MY KIND OF FUN: A Caravan of Music, Poetry & Picnics
Months of going up the learning curve of social media and book publicity, plus caring for my 94 year old mother, left me in dire need of some fun. So my beloved husband and I headed north to visit old friends for a few days. This is a little story of my kind of fun. What’s yours?
On the way up, we joined “Rumi’s Caravan” for an evening of poetry and music. After a madly healthy Middle-Eastern feast, we and the rest of the audience wound through an extravagance of dahlias and a glory of gladiolas, and took our seats around the large koi pond of a lovely Zen garden. Harp music wafted through the blue-dusk air from a humble stage, soon joined by drum, flute and viola.
Master musicians improvised music in tune with the moment, and with the flowing poetry spontaneously recited by deep delightful poets, quoting their own and other’ soulful poems – Rumi, Hafiz, Mary Oliver, David Whyte and more. We listeners sat awed and silent, drinking in delicate music and passionate words like thirsty flowers, turning our faces to the Sun of Love and the Moon of Sacredness, while swallows soared and danced in wild abandon through the clarity of a fogless California evening sky.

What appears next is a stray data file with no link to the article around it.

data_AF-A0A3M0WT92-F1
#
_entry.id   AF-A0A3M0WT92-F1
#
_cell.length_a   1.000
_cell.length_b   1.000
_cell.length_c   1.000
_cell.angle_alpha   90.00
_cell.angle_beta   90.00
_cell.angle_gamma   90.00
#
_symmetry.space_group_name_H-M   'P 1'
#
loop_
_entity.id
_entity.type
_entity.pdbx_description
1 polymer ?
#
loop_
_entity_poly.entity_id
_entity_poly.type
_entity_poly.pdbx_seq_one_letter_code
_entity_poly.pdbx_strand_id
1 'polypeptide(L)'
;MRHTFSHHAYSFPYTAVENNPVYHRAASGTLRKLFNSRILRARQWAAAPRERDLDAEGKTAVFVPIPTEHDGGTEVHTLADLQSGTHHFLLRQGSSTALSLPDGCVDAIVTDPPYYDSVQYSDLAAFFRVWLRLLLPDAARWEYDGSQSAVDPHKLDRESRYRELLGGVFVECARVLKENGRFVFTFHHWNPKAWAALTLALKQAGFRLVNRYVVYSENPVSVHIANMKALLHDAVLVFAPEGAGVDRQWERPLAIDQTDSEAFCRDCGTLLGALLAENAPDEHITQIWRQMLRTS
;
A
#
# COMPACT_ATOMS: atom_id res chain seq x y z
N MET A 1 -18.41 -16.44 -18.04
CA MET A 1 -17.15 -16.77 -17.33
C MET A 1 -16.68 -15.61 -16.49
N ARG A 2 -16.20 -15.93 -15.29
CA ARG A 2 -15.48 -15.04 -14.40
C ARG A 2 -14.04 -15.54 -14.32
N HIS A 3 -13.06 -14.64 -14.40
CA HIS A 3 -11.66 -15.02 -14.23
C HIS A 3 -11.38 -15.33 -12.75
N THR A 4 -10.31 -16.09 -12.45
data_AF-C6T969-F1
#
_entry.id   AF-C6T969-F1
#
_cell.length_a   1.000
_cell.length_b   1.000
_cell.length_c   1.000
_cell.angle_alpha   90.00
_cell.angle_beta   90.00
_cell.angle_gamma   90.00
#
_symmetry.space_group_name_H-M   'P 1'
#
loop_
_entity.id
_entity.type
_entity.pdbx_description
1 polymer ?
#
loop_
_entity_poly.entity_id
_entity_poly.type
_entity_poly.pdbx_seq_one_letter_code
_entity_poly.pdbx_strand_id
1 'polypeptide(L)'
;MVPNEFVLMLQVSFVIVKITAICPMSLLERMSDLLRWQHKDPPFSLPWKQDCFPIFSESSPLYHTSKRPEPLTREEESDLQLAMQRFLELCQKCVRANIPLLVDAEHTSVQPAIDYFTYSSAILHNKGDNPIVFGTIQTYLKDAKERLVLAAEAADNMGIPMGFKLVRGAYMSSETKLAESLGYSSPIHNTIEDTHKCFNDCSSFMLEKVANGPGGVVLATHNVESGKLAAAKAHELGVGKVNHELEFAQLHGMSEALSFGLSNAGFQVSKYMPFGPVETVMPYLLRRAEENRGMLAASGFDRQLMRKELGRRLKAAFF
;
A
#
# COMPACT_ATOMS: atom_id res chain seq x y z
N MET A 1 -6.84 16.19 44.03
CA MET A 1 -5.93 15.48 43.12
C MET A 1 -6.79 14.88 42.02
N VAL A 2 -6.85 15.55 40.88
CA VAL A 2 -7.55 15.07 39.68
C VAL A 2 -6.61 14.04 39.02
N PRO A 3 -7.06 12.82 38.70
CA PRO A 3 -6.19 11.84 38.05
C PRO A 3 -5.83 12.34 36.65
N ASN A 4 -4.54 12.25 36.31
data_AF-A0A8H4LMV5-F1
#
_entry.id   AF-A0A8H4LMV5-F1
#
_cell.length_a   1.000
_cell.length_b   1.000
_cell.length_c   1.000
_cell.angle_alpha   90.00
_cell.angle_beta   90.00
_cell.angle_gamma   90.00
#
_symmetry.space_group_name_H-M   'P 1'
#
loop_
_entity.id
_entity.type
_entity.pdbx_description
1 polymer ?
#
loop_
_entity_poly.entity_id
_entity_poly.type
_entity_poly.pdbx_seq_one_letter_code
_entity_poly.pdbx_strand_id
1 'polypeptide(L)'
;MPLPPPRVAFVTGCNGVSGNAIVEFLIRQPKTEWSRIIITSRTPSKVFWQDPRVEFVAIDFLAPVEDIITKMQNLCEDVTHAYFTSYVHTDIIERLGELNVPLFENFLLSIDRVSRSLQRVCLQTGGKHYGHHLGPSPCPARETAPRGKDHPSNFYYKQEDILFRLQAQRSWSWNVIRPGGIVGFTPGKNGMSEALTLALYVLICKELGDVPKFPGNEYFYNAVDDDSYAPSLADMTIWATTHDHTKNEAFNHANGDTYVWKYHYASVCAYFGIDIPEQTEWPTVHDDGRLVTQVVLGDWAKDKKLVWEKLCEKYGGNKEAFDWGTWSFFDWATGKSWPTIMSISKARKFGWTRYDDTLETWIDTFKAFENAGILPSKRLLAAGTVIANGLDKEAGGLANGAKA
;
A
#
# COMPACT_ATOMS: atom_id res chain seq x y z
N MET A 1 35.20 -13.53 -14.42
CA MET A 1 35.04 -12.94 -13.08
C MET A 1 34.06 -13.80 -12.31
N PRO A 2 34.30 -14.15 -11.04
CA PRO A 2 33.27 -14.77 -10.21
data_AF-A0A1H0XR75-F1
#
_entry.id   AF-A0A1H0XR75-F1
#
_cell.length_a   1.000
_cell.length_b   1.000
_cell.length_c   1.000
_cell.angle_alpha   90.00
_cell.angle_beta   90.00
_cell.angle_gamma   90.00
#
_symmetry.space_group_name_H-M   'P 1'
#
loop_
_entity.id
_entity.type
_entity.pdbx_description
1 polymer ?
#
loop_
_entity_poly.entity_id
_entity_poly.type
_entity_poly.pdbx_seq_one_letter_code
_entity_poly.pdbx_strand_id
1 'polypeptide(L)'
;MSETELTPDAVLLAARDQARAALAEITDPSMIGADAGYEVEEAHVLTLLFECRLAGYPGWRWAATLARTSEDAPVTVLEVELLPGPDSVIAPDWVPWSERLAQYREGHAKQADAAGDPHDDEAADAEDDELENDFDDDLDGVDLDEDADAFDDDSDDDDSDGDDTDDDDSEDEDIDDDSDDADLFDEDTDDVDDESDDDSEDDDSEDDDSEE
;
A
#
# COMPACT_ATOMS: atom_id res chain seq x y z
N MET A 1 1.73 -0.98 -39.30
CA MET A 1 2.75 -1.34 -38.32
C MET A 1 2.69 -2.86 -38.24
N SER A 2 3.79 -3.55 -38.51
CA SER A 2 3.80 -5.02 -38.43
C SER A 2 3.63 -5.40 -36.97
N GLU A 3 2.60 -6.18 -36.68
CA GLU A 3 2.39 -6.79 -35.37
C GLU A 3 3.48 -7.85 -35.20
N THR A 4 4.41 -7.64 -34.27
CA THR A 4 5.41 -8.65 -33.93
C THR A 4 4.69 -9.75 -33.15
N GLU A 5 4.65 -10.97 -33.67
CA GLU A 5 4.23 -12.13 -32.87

Soul-satiated, we traveled on to our play-date with our friends. Eating, talking and joking ensued, but we got serious about our pinochle and scrabble games. Next day, we took our picnic to a local folk music festival, very casual. No entrance fee; bring your own chairs or blanket. Read your book if you find the band boring, or jump up and dance if so inspired. Blue-grass; soul; Bulgarian or Celtic folk music; and much more.
Then there was the Beatles sing-along, led by two excellent musicians on guitar and keyboards. A hundred or so people of all ages singing Beatles songs, grins flashing, feet tapping, and having a grand time together. So much heart-full fun!
Last day, we strolled down a beach, finding beautiful pebbles, enjoying the view of mist-drifted, pine-clad cliffs, and dancing with waves rolling in and crashing gently, almost wetting our toes. We came upon delicate flowers growing out of the sand by a cliff carved with modern petroglyphs.
Then a picnic at a table surrounded by marshy reeds, watching goldfinches nibble on seed-heads of tall grasses. Driving back to our friends’ place, we saw a herd of tule elk, a buck with tall, velvet-clad antlers guarding his harem. The next morning, refreshed and satisfied on all levels, we headed south and home.